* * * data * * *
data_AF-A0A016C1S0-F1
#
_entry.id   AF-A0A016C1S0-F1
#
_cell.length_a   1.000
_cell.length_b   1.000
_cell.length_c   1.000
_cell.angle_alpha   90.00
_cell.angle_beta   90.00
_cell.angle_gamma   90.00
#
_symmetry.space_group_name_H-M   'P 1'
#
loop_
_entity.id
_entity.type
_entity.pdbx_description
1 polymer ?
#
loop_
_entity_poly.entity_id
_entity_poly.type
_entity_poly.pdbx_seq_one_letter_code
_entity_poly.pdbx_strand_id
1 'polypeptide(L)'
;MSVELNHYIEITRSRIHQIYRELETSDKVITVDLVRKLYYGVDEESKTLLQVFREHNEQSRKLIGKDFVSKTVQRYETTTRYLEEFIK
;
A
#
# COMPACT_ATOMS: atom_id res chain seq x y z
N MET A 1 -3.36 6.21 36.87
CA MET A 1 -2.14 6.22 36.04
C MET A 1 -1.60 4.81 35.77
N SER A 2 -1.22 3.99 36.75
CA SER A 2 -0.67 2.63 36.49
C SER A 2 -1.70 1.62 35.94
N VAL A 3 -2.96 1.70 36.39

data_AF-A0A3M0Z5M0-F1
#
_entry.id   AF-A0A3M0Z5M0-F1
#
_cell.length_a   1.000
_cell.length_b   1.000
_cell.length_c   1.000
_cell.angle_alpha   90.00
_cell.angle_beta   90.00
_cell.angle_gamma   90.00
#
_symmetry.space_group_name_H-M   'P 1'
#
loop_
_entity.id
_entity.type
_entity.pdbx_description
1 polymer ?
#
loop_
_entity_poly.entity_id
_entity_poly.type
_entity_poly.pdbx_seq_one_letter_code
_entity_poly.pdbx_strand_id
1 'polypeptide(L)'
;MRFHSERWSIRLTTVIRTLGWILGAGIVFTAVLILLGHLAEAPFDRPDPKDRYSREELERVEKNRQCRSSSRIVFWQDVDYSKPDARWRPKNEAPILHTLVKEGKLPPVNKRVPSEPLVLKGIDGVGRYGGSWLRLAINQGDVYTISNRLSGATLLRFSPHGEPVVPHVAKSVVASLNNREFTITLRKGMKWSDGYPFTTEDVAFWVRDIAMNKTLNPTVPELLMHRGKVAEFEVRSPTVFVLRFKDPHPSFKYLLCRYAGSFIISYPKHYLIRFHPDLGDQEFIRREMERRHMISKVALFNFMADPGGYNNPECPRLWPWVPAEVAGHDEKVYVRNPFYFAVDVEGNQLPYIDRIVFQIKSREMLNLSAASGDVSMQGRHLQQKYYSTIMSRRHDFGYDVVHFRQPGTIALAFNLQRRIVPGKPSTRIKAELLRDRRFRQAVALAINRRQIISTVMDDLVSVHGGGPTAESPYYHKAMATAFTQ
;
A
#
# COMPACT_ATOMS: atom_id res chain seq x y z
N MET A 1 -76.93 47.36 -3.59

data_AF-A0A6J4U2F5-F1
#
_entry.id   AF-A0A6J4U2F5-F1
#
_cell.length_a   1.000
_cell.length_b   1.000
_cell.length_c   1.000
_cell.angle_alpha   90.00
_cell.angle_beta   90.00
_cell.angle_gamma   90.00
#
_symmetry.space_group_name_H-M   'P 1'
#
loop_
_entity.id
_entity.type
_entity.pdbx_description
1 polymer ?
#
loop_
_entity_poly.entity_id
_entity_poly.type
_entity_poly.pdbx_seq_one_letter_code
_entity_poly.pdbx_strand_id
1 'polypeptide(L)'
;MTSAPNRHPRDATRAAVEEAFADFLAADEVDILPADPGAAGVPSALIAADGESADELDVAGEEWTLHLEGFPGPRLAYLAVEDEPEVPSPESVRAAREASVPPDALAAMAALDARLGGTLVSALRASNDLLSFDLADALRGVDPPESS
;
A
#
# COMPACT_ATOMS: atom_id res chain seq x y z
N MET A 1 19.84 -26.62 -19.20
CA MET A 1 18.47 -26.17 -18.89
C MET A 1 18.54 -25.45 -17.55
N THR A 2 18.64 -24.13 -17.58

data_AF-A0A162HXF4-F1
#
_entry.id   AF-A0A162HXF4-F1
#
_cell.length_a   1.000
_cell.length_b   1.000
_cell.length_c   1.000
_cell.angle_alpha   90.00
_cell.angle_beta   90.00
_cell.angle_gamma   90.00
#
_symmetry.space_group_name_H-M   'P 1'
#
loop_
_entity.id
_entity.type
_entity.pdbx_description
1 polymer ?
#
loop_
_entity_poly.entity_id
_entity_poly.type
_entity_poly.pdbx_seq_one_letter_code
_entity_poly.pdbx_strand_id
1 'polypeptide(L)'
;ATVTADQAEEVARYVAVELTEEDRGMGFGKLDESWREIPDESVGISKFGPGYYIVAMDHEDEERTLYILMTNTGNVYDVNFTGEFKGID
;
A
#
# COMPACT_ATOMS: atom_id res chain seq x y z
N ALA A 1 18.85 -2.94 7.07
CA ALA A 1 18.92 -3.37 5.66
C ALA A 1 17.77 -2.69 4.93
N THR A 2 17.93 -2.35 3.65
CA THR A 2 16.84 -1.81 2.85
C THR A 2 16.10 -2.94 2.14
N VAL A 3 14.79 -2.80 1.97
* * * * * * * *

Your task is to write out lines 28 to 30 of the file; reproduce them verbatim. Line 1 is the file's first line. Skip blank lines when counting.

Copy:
A
#
# COMPACT_ATOMS: atom_id res chain seq x y z